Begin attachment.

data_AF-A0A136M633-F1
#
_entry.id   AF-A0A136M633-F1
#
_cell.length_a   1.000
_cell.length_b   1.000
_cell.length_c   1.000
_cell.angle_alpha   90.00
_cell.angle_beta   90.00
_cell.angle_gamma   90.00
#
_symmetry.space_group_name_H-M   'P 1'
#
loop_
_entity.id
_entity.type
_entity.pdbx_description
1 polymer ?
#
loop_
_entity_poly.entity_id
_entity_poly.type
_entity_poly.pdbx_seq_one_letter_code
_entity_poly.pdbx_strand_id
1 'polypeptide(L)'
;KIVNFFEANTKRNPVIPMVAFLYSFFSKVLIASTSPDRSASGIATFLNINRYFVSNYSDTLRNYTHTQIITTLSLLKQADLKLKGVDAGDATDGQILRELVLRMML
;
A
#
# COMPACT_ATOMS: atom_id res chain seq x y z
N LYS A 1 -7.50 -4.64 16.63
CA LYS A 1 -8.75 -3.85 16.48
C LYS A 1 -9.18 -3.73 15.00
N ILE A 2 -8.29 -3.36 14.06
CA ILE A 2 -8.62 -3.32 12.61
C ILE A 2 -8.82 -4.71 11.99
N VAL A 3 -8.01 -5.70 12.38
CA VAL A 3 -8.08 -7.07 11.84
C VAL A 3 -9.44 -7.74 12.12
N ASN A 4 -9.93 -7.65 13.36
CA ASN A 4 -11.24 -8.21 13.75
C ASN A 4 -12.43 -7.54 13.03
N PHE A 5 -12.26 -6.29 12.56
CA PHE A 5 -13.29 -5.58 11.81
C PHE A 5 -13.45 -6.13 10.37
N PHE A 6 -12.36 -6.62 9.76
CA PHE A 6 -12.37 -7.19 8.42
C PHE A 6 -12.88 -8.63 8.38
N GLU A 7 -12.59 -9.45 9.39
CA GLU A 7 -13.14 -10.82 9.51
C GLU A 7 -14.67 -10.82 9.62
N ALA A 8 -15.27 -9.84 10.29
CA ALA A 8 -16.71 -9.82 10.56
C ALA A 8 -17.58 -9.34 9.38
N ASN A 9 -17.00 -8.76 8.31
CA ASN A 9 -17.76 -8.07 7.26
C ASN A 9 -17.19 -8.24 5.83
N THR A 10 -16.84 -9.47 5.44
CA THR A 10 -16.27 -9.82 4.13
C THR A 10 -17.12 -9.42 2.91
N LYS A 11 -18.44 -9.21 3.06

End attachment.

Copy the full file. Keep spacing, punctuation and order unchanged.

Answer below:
data_AF-A0A136M633-F1
#
_entry.id   AF-A0A136M633-F1
#
_cell.length_a   1.000
_cell.length_b   1.000
_cell.length_c   1.000
_cell.angle_alpha   90.00
_cell.angle_beta   90.00
_cell.angle_gamma   90.00
#
_symmetry.space_group_name_H-M   'P 1'
#
loop_
_entity.id
_entity.type
_entity.pdbx_description
1 polymer ?
#
loop_
_entity_poly.entity_id
_entity_poly.type
_entity_poly.pdbx_seq_one_letter_code
_entity_poly.pdbx_strand_id
1 'polypeptide(L)'
;KIVNFFEANTKRNPVIPMVAFLYSFFSKVLIASTSPDRSASGIATFLNINRYFVSNYSDTLRNYTHTQIITTLSLLKQADLKLKGVDAGDATDGQILRELVLRMML
;
A
#
# COMPACT_ATOMS: atom_id res chain seq x y z
N LYS A 1 -7.50 -4.64 16.63
CA LYS A 1 -8.75 -3.85 16.48
C LYS A 1 -9.18 -3.73 15.00
N ILE A 2 -8.29 -3.36 14.06
CA ILE A 2 -8.62 -3.32 12.61
C ILE A 2 -8.82 -4.71 11.99
N VAL A 3 -8.01 -5.70 12.38
CA VAL A 3 -8.08 -7.07 11.84
C VAL A 3 -9.44 -7.74 12.12
N ASN A 4 -9.93 -7.65 13.36
CA ASN A 4 -11.24 -8.21 13.75
C ASN A 4 -12.43 -7.54 13.03
N PHE A 5 -12.26 -6.29 12.56
CA PHE A 5 -13.29 -5.58 11.81
C PHE A 5 -13.45 -6.13 10.37
N PHE A 6 -12.36 -6.62 9.76
CA PHE A 6 -12.37 -7.19 8.42
C PHE A 6 -12.88 -8.63 8.38
N GLU A 7 -12.59 -9.45 9.39
CA GLU A 7 -13.14 -10.82 9.51
C GLU A 7 -14.67 -10.82 9.62
N ALA A 8 -15.27 -9.84 10.29
CA ALA A 8 -16.71 -9.82 10.56
C ALA A 8 -17.58 -9.34 9.38
N ASN A 9 -17.00 -8.76 8.31
CA ASN A 9 -17.76 -8.07 7.26
C ASN A 9 -17.19 -8.24 5.83
N THR A 10 -16.84 -9.47 5.44
CA THR A 10 -16.27 -9.82 4.13
C THR A 10 -17.12 -9.42 2.91
N LYS A 11 -18.44 -9.21 3.06